This is an application for a K08 award for Sunitha Kaiser, MD MSc, a pediatric hospitalist at the University of California, San Francisco. Dr. Kaiser is establishing herself as a young investigator in accelerating use of evidence-based guidelines in clinical practice to improve quality of hospital care for children, an AHRQ priority population. This award will provide Dr. Kaiser with the support necessary to accomplish the following goals: (1) to become expert in qualitative research methods and implementation science; (2) to gain experience in conducting a trial; (3) to gather preliminary data for the purpose of designing a multi-site trial; and (4) to develop an independent clinical research career. To achieve these goals, Dr. Kaiser has assembled a multi- disciplinary mentoring committee whose expertise spans the relevant disciplines of asthma and clinical trials (Drs. Cabana, McCulloch and Horwitz), health services research (Drs. Auerbach, Cabana, McCulloch, and Horwitz), qualitative research (Dr. Rehm), and implementation science (Drs. Auerbach, Cabana, and Horwitz). Asthma is the second most common cause of pediatric hospitalizations1 in the United States, resulting in nearly $1 billion in annual costs. Despite broad dissemination of evidence-based guidelines for asthma management, there are significant variations in care and risk-adjusted outcomes for children hospitalized with asthma, largely due to challenges integrating guidelines into care. Clinical pathways are structured, multidisciplinary, and detailed care plans for patients with a specific clinical problem; they link evidence to practice to optimize patient outcomes and delivery efficiency. In controlled trials, pathways reduce inappropriate variation in care and improve outcomes for children hospitalized with asthma by both increasing home asthma management education and decreasing hospital length of stay. However, there is wide variability in performance and uptake of pediatric asthma pathways in real-world settings due to a dearth of evidence- based guidance on successful implementation methods. Dr. Kaiser's long-term goal is to become an independent investigator who leads efforts to improve quality of care for hospitalized children by accelerating use of evidence-based guidelines in clinical practice. Dr. Kaiser's objective is to identify, test, and disseminate best practices for pathway implementation to improve quality of care for children hospitalized with asthma. The central hypothesis, derived from the positive deviance approach, is that identification and examination of hospitals that demonstrate exceptional performance with pathway implementation can facilitate the discovery and wide dissemination of strategies to improve care. Steps in this mixed-methods approach include: 1) identify hospitals where pathway implementation led to the largest gains in performance, 2) study these hospitals using qualitative methods to identify best practices associated with high performance, and 3) test these best practices with rigorous design. The rationale is that high-performing hospitals will have replicable pathway implementation practices that will be critical to widespread national uptake, ultimately leading to consistent delivery of evidence-based practices and higher quality of care. This hypothesis will be tested by pursuing three specific aims:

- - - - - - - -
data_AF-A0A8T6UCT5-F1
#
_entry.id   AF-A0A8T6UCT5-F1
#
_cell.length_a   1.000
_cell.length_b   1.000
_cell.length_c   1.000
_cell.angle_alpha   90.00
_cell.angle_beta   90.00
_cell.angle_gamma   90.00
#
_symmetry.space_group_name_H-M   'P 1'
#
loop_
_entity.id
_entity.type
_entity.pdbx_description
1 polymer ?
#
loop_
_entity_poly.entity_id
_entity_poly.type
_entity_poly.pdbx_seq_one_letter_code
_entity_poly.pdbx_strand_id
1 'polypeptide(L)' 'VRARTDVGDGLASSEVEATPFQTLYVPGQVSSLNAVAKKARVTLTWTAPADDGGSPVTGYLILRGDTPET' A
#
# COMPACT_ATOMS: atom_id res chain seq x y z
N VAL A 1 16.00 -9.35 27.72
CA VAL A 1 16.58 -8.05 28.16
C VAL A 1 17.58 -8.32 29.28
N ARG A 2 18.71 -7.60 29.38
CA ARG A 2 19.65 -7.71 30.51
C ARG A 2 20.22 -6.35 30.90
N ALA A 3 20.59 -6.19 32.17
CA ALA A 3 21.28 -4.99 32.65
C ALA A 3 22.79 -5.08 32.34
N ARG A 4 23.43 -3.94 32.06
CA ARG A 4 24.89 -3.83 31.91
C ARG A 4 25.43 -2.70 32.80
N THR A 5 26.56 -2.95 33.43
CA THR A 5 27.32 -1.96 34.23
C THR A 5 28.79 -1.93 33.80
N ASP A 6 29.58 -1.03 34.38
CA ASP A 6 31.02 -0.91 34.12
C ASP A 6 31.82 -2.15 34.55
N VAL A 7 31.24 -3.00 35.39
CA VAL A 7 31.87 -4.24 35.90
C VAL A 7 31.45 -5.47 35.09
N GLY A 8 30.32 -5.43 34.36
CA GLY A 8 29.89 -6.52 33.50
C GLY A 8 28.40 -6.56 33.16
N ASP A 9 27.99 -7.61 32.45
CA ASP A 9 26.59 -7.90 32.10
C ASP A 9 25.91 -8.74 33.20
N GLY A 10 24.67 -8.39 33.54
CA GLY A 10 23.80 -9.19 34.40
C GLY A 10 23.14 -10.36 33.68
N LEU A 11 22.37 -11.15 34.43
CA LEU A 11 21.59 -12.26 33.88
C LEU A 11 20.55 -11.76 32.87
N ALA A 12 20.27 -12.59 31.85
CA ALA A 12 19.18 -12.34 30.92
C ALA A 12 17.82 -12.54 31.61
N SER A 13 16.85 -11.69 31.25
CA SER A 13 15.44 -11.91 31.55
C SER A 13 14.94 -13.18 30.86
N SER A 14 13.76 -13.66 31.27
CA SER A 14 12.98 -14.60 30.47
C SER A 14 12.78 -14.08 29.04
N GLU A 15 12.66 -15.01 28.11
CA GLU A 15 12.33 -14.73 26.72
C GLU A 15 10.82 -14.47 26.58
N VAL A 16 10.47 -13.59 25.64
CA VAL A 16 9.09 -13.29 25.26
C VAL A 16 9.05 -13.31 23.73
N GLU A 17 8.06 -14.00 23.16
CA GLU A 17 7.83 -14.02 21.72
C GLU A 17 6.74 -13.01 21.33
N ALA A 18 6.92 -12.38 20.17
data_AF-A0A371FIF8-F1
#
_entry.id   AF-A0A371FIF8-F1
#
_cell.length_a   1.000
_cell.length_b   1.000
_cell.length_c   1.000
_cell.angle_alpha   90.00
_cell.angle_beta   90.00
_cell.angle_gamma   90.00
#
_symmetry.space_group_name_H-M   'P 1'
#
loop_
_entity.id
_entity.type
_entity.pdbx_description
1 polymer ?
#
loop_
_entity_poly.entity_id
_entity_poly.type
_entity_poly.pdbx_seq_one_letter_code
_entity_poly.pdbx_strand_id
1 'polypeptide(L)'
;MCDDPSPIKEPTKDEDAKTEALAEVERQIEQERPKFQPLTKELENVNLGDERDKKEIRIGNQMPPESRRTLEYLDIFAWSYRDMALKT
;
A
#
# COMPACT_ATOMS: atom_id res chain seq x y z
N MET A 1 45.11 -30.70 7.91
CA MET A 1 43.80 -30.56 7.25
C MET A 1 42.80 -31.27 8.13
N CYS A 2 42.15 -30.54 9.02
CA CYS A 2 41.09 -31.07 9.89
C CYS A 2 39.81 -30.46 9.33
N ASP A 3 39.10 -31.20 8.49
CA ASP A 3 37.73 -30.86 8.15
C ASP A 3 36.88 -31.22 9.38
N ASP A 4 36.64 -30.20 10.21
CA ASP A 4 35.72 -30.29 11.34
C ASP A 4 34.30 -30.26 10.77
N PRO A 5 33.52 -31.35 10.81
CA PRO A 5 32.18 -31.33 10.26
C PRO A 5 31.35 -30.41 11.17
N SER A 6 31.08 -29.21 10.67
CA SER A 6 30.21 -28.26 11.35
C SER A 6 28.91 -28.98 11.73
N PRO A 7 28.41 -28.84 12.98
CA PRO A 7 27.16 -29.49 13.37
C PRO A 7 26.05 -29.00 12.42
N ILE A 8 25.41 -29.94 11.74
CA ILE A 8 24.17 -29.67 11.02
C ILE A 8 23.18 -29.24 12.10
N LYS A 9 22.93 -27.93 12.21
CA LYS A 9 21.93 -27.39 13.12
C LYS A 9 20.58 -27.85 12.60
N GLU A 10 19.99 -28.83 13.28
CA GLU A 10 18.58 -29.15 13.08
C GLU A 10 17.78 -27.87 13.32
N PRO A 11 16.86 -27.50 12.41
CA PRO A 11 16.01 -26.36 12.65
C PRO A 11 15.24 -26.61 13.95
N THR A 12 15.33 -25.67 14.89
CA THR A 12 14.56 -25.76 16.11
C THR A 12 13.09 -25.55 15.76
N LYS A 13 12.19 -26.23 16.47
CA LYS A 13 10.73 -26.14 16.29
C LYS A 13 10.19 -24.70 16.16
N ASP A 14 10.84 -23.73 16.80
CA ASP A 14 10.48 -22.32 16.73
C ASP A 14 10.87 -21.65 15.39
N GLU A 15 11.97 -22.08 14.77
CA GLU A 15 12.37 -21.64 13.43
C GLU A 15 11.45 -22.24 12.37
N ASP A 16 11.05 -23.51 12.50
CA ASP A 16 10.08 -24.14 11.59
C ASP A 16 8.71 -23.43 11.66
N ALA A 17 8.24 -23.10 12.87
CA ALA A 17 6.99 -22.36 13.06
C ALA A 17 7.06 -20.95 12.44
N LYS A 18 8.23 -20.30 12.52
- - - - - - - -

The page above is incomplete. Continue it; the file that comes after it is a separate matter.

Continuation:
Aim 1) Identify hospitals where implementation of inpatient pediatric asthma pathways has led to the largest improvements in quality of care. Key personnel from 43 children's hospitals that contribute to a national administrative database will be surveyed to determine if and when asthma pathways were implemented, then the database will be used to identify which hospitals had the greatest gains in quality of care with pathway implementation.